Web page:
Who hasn’t heard of brain doping (neuroenhancement)? Media reported that some 20 to 30 percent of students are using prescription stimulants when learning for exams. Are such reports accurate? And what do we know about the effects of amphetamine, Ritalin, or microdosing? Will you miss something when you don’t join this trend? Or is it nothing but the next hype? This new report summarizes 15 years of research and is available for free.
Faster, better, more efficient: Who doesn’t know the expectation that everything must be continuously optimized? Already in school we’ve heard of lifelong learning. The governments of highly developed countries, but poor in resources, sometimes perceive their people as ‘mental capital’. And in occupational psychology it has long been common to understand employees as ‘human resources’. Simultaneously people are complaining more about stress and the diagnosis of burn-out and depression is ever more increasing.
Against this background, it is unsurprising that brain doping is seriously being discussed. Does pharmacology really offer solutions to the problems of our times? Which potential have drugs that are used by many out of their own choice to enhance performance? Can a pill transform an average person into a ‘little Einstein’? Media reports often play with such ideas – or draw a horror picture.
More than 15 Years of Research
Stephan Schleim has been investigating these issues for more than 15 years and he illuminates them from a social, pharmacological, and philosophical perspective. The report that is now available for free and which has been funded by the Dutch Research Council NWO as part of the ‘History of Neuroethics’ project summarizes scientific results from more than 70 years in a commonly understandable form. The report also addresses the new trend of microdosing, that is, the use of minute doses of psychedelics like LSD.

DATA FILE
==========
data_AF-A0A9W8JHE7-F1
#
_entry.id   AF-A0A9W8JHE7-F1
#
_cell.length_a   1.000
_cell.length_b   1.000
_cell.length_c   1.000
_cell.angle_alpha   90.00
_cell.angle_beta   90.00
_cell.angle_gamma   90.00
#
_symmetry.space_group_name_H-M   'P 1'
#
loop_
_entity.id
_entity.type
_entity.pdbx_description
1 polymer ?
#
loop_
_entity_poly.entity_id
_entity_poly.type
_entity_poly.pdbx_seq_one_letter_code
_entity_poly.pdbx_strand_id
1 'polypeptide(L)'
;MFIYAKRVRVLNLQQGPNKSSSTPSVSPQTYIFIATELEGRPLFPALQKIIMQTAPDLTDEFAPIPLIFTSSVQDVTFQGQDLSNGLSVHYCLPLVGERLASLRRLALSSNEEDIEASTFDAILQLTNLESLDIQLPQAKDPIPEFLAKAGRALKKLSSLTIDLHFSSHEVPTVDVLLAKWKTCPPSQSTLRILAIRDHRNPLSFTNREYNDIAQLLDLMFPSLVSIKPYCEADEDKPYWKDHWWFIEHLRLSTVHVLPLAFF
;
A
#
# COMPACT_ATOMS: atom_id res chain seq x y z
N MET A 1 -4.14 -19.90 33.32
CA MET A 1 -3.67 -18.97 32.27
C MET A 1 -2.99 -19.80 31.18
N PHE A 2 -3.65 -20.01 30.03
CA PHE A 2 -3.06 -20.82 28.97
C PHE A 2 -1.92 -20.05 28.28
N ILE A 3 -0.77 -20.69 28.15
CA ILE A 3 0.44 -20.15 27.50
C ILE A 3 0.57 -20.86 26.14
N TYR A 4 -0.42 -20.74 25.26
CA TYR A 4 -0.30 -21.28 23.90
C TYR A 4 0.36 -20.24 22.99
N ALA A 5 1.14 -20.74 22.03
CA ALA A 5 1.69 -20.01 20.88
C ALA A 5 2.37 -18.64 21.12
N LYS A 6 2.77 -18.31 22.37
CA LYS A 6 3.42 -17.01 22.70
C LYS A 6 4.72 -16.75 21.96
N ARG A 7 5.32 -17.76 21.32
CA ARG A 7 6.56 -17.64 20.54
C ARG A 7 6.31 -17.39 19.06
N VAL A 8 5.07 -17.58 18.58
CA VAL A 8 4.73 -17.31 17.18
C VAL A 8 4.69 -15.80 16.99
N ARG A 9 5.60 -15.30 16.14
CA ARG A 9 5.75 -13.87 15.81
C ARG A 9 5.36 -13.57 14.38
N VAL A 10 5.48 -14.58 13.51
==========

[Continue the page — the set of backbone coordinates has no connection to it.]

In an unprecedented way, the report also addresses the ethical values in favor or against a pharmacologic improvement of people. The topic is related to the broader issue of instrumental substance use. That is, people have been using psychoactive drugs to achieve certain aims since thousands of years. A section at the end answers frequently asked questions and thus complements this report with a more personal perspective.
You are welcome to leave a comment if you have any further questions.